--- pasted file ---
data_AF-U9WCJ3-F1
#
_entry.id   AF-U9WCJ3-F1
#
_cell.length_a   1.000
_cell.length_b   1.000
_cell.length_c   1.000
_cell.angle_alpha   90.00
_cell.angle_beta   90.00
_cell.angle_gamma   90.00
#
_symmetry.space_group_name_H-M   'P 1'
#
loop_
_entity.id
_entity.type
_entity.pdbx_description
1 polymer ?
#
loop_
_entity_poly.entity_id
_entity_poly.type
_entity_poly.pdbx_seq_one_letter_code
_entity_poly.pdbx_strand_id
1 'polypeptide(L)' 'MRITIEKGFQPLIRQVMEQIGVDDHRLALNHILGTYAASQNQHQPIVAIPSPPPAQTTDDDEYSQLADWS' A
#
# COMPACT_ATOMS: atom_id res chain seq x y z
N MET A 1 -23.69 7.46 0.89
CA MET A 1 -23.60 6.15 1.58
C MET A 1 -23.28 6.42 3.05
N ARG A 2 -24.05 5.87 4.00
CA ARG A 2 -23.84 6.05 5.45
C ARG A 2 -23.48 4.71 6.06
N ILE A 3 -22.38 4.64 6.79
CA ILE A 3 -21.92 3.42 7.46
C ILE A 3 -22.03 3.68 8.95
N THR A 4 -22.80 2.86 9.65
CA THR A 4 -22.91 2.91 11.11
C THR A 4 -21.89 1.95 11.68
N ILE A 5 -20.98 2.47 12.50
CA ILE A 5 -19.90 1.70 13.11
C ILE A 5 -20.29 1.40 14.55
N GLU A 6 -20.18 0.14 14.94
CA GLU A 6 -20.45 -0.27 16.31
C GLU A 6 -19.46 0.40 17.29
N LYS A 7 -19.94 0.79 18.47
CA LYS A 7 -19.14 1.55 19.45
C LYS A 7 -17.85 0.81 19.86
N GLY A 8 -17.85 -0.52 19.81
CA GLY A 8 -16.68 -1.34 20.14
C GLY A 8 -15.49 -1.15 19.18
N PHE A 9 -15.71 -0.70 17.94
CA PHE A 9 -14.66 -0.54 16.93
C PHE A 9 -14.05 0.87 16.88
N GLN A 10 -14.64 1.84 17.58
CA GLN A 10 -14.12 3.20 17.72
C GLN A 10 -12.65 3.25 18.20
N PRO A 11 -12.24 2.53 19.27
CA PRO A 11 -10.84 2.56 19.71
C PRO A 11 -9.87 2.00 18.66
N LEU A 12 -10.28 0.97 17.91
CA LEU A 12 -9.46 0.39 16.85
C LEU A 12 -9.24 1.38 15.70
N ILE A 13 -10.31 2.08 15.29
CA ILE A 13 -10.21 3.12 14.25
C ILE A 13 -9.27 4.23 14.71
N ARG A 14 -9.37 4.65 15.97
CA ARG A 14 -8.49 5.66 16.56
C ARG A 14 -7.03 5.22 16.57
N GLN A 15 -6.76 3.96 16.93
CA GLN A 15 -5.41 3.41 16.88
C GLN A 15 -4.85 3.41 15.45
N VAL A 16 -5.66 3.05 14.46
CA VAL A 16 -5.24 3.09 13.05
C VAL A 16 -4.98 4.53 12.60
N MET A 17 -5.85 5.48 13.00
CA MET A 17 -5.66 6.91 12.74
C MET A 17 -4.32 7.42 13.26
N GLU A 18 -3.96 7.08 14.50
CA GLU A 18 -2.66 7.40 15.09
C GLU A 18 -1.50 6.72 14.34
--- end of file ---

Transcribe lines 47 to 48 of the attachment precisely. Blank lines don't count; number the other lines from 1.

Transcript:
CA LYS A 7 -19.14 1.55 19.45
C LYS A 7 -17.85 0.81 19.86